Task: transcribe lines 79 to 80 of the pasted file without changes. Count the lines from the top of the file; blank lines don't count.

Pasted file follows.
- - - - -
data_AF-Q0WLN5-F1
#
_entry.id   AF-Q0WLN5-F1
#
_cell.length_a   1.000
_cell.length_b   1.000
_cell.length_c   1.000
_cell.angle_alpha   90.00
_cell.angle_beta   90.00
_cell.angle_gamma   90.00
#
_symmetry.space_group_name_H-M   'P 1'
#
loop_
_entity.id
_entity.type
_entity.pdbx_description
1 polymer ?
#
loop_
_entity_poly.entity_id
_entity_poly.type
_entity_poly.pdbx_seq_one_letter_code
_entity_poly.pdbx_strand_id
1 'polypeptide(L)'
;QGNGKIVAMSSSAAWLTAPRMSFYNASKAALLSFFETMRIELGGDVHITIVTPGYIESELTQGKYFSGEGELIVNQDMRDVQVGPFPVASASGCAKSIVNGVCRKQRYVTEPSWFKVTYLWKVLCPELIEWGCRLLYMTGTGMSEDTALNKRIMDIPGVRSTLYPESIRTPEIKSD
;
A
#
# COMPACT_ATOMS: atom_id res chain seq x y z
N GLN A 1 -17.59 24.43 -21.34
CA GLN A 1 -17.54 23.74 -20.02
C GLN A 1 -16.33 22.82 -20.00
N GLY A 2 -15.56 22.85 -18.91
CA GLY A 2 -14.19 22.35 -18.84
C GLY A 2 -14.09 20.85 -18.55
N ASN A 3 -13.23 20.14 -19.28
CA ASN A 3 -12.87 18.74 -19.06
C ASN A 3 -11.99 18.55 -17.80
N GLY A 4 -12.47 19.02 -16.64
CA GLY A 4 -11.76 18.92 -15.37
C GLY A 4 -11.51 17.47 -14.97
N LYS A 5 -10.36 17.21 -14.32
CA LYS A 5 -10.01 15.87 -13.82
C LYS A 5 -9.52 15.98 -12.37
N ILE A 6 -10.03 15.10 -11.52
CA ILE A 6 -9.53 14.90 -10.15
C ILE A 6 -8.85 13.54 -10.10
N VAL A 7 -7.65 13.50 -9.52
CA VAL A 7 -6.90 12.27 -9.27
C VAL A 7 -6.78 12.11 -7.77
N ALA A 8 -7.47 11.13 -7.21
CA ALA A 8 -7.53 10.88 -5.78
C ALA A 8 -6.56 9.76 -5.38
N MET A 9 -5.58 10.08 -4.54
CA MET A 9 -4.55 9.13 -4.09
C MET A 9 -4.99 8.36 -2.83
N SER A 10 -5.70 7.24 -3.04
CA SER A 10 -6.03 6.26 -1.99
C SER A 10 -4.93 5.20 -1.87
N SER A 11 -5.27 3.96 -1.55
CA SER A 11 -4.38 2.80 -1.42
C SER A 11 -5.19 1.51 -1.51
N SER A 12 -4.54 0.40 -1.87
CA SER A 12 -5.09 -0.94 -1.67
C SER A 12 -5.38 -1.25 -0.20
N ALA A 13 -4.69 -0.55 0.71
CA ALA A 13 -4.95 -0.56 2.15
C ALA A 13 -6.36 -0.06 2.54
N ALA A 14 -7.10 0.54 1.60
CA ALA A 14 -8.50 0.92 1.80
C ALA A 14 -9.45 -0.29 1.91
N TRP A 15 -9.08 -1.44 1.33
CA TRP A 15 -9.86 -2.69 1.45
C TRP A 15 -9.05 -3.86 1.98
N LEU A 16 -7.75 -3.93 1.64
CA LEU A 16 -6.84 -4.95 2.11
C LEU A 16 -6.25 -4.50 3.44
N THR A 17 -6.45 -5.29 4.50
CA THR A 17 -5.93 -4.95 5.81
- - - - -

N THR A 17 -6.45 -5.29 4.50
CA THR A 17 -5.93 -4.95 5.81